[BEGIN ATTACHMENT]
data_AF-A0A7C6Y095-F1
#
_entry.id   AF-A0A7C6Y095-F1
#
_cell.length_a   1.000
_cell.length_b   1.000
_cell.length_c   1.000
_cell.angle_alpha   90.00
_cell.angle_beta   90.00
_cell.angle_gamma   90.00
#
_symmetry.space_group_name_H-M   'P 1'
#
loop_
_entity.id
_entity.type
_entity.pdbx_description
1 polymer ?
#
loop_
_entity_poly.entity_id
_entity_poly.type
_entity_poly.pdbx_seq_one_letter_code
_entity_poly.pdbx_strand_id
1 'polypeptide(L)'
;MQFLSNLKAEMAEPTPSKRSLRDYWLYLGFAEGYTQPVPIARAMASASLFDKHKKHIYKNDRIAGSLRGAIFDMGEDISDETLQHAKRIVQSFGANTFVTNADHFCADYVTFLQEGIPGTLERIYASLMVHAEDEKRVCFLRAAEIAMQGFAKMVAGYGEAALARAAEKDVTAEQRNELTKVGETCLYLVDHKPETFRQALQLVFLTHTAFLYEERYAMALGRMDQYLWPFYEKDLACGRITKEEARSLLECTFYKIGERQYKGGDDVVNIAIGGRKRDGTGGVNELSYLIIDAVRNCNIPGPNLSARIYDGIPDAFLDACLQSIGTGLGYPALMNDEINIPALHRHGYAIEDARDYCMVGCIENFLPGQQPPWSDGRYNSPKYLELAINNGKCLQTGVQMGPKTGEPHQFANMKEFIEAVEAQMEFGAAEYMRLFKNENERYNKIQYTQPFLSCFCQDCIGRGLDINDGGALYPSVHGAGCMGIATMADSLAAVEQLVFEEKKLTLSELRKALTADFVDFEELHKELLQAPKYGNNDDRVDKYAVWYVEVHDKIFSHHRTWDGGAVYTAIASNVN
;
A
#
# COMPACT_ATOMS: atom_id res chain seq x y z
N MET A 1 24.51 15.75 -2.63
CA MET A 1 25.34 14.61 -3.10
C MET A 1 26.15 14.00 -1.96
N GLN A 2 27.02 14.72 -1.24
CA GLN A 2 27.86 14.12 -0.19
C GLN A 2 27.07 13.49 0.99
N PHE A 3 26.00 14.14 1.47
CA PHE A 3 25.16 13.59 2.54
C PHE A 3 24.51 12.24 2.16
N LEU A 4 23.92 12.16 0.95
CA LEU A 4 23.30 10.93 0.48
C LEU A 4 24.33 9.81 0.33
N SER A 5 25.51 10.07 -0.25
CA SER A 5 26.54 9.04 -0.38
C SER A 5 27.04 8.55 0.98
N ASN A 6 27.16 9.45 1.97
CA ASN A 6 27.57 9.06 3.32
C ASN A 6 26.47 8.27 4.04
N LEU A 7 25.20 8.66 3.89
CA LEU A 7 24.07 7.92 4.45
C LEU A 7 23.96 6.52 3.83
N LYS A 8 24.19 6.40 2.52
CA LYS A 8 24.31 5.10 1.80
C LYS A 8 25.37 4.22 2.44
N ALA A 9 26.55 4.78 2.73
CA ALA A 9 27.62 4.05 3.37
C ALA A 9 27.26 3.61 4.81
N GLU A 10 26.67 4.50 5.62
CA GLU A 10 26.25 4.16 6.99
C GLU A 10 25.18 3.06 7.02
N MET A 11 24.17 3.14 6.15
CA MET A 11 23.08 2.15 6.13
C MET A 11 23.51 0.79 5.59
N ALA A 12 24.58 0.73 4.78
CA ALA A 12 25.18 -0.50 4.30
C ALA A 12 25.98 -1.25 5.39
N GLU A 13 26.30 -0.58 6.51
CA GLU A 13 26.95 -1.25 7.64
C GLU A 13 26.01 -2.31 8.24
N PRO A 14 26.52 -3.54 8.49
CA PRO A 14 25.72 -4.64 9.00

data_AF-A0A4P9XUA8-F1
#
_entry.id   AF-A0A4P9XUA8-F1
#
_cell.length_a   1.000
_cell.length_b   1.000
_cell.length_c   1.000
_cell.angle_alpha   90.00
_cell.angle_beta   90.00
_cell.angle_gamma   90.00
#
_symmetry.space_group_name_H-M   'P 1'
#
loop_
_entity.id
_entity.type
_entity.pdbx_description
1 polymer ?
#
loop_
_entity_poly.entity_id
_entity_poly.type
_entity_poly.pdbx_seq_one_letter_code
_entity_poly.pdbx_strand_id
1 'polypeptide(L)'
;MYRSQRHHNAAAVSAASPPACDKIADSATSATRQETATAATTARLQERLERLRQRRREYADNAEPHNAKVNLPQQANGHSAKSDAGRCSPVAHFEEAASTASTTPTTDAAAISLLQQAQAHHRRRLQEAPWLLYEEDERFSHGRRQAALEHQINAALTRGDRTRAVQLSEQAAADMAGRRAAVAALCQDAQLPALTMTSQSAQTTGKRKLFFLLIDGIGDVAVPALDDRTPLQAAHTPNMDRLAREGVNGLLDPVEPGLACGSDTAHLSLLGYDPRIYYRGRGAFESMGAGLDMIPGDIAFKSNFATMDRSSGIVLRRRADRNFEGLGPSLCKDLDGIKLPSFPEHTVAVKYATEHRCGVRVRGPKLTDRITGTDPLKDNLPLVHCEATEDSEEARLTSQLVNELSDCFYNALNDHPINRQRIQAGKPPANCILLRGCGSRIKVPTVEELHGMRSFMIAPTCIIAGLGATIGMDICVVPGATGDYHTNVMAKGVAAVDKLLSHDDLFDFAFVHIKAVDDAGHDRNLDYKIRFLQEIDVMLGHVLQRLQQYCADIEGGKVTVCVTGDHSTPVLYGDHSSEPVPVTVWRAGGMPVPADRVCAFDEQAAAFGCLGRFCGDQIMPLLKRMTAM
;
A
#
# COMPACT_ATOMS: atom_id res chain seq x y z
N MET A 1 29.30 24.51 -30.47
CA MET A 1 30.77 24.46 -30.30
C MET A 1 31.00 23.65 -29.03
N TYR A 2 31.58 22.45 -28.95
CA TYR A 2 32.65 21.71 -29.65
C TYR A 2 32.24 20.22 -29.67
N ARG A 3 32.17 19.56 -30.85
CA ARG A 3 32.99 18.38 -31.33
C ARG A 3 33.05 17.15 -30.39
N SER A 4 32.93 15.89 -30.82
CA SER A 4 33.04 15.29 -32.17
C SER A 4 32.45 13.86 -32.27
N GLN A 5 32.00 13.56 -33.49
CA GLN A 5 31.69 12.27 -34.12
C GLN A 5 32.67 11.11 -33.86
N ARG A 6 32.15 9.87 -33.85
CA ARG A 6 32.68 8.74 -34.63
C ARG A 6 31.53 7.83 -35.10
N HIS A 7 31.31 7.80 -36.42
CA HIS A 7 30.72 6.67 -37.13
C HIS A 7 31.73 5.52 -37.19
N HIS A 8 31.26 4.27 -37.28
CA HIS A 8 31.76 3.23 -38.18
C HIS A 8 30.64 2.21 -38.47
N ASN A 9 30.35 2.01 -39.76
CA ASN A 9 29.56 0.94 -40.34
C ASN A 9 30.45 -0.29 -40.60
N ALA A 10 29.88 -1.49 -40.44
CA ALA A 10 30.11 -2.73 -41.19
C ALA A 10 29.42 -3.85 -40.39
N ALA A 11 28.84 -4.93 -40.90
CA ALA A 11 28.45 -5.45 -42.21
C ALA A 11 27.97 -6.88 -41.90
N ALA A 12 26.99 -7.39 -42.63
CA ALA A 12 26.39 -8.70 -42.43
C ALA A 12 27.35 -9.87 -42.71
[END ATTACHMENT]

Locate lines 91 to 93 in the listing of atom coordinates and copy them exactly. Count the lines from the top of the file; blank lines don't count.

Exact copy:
loop_
_entity_poly.entity_id
_entity_poly.type